by Rebecca Sherratt, Features Editor, International Aquafeed

 

Banana shrimp (Fenneropenaeus merguiensis) are a variety of shrimp commonly found in the Indo-West Pacific oceans which are farmed extensively in in both Australia and South-East Asia. The countries which are most well-known for their banana shrimp production include Vietnam, Indonesia, the Philippines, Thailand, Singapore and Malaysia.
This sub-species of shrimp has been harvested for aquaculture in steadily increasing rates, 50,393 tonnes being harvested in 2000 for aquaculture purposes, which hit its peak in 2006 at 96,633t. In 2007 onwards, production dropped off significantly, 2016 only producing 24,681t of banana shrimp specifically for the aquaculture industry.
This unique kind of shrimp is renowned for its sweet, light flavour and is suited very well for spicy dishes. They are traditionally barbecued or shallow fried. There are two varieties, the redleg banana prawns and white banana prawns, which can be distinguished by their colours. Redleg banana prawns are the more expensive and desirable varieties.
Despite the wide variety of countries which farm banana shrimp, they are still considered a minor farmable species in the industry, world production of the banana shrimp being only roughly eight percent of that of major farmable species, much less than the more prominent shrimp farmed in the sector, such as the Whiteleg prawn (Penaeus vannamei).
Another difficulty that comes with farming banana shrimp is the perception of their high mortality rates when raised in semi-intensive ponds, but these rates have not been studied extensively to conclude that banana shrimp are especially tricky for farmers to raise. Despite this, in coming years it has been noted that prawn post larvae are especially difficult to come across, which has not assisted in the farming of this unique species.
Yet there still remain many success stories for the banana prawn. Australia especially have reported survival rates of over 80 percent in their banana shrimp using semi-intensive and intensive farming techniques and, as technology evolves, these decapods are expected to become a recognisable face in the aquaculture sector.

Farming banana shrimp
Australia typically farm banana shrimp in intensive and semi-intensive ponds, whereas Asia often make use of extensive ponds with natural seeding. Post larvae or juvenile banana shrimp are commonly caught with tidal currents in large extensive ponds in South-East Asia and kept in these ponds for several months, before being harvested. Wild seeds used to be commonly collected and sold on, but overfishing has limited the occurrence of wild seed being readily available.
Spawners can be obtained from the wild or developed via induced maturation in hatcheries. Peak spawning seasons for banana shrimp are March, April, July and August in Asia. Maturation is sometimes induced in hatchery shrimp via eyestalk ablation, wherein female banana shrimp eyestalks are unilaterally ablated to stimulate endocrine activity, growing back in approximately six months. Mature banana shrimp males should be 140mm or larger, whilst females should be typically 150mm or larger.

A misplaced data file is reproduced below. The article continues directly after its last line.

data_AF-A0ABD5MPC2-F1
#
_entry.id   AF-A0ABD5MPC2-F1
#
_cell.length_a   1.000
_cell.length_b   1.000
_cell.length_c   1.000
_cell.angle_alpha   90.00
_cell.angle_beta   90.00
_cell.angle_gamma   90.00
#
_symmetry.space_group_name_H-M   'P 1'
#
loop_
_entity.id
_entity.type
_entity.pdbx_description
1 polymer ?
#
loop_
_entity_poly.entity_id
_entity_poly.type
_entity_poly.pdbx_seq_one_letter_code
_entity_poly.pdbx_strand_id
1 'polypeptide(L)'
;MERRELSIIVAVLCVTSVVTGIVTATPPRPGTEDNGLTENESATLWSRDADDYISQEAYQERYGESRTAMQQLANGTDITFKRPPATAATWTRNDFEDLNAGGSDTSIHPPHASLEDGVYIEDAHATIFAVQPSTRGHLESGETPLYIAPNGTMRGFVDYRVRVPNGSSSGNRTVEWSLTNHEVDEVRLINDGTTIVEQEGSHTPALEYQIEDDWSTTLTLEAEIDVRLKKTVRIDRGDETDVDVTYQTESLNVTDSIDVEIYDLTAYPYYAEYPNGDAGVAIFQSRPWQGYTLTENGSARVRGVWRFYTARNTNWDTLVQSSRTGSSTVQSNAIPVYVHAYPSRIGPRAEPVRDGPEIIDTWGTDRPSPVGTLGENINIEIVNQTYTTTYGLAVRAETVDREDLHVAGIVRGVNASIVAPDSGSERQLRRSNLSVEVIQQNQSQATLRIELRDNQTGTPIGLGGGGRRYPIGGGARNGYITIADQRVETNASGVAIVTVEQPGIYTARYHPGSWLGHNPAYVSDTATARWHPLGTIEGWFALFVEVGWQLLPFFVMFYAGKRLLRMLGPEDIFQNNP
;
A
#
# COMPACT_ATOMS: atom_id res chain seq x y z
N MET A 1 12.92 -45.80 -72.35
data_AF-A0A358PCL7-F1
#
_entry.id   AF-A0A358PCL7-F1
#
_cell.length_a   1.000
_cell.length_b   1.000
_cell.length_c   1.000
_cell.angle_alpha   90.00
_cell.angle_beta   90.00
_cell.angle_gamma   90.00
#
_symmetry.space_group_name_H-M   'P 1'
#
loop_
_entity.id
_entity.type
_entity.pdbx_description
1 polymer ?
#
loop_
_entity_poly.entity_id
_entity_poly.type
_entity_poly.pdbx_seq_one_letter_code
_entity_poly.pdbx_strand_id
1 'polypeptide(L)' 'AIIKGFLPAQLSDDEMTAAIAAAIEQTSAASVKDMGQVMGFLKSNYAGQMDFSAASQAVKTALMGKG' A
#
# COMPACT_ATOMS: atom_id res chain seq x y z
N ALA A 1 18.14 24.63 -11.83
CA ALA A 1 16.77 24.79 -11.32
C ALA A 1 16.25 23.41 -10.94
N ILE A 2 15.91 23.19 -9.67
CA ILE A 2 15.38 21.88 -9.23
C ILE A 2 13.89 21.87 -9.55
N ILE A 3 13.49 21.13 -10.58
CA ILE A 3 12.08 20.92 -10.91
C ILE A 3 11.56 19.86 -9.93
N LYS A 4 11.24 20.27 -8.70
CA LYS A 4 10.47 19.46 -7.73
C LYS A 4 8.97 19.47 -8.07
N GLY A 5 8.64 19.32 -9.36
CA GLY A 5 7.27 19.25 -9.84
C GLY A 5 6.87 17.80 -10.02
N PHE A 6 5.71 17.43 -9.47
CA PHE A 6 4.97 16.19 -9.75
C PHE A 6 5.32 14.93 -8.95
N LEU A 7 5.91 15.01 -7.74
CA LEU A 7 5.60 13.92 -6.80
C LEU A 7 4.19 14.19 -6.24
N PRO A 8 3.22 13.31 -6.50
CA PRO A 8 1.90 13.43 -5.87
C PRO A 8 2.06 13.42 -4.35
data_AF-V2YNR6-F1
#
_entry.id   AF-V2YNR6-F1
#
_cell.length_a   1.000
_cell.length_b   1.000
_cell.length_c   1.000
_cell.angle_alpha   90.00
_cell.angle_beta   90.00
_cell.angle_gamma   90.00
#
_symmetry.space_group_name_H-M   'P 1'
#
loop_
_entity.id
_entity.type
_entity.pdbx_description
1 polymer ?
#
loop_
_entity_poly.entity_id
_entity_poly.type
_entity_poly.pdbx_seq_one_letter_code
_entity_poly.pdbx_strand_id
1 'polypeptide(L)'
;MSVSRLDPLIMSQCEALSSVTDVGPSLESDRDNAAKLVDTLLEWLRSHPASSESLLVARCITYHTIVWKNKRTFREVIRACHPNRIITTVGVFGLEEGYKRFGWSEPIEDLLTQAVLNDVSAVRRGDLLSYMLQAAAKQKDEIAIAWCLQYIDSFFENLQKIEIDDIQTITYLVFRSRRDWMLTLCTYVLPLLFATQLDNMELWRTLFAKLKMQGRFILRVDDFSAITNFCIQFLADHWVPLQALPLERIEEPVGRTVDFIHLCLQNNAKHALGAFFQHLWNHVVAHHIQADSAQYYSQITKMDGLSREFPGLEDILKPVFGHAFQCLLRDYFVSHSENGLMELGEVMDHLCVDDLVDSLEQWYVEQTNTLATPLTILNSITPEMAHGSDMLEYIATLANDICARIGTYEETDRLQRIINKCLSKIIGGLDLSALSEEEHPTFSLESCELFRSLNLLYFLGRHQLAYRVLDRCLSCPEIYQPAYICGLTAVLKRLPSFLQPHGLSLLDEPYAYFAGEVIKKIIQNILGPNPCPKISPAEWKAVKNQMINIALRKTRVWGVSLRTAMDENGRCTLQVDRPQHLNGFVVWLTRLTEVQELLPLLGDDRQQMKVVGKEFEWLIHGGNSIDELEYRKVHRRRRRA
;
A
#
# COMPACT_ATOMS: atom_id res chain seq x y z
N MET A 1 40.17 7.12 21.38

Hatchery tanks for banana shrimp are usually between two-and-five tonnes in capacity, which rear larvae from the nauplius stage to the mysis stage. pH is kept at approximately 8.2. Nauplius are not given feed until they reach the protozoa stage, wherein they are supplied with a mixed culture of diatoms (single-celled algae), mainly Chaetoceros spp. or Skeletonema spp.
Shrimp are fed artemia nauplii, whilst post-larva is fed minced mantis shrimp powder or mussel meal at particle sizes of 200-1000µm for the first 20 days of the mysis stage. Once this stage is passed, the banana shrimp can be directly transferred to grow-out ponds.
The traditional extensive systems for banana shrimp farming is different, this method used primarily in Asia. After stocking with seeds from incoming tidal water, paddy fields house the seeds during November through to April. On average, each harvest takes 150-180 days to complete.
Semi-intensive production features ponds 1-1.5m deep at 0.2-2ha. Stock usually range from 20-25 pl/m2 using seeds from hatcheries. Fertilisers assist in growing natural feeds, whilst supplementary feeds are supplied to ponds four-to five times a day. One harvest may take 100-150 days.
In intensive banana shrimp farming, ponds are much smaller at between 0.1-1ha and stocking density is higher (50-100 pl/m2). Culture periods last 120-140 days.

Bringing sustainability to the shrimp sector
One reason a booming banana shrimp industry would prove especially advantageous is reducing the pressures on other more heavily farmed shrimp species. Giant tiger prawns (Penaeus monodon), Chinese white shrimp (Fenneropenaeus chinensis) and Whiteleg prawns (P. vannamei) are all now subject to sustainability concerns due to the excessive quantities in which they are farmed.
This could prove, admittedly, somewhat challenging in the initial stages, as banana prawns grow slower than the more popular varieties of prawn and have shorter life cycles, but research suggests that banana prawns provide a consistent and regular production of post larvae, ensuring a low cost of broodstock, ease in larval rearing and low feed costs.
If banana shrimp make a bigger splash in the market, this will provide other species with the opportunity to recover and stabilise their numbers.

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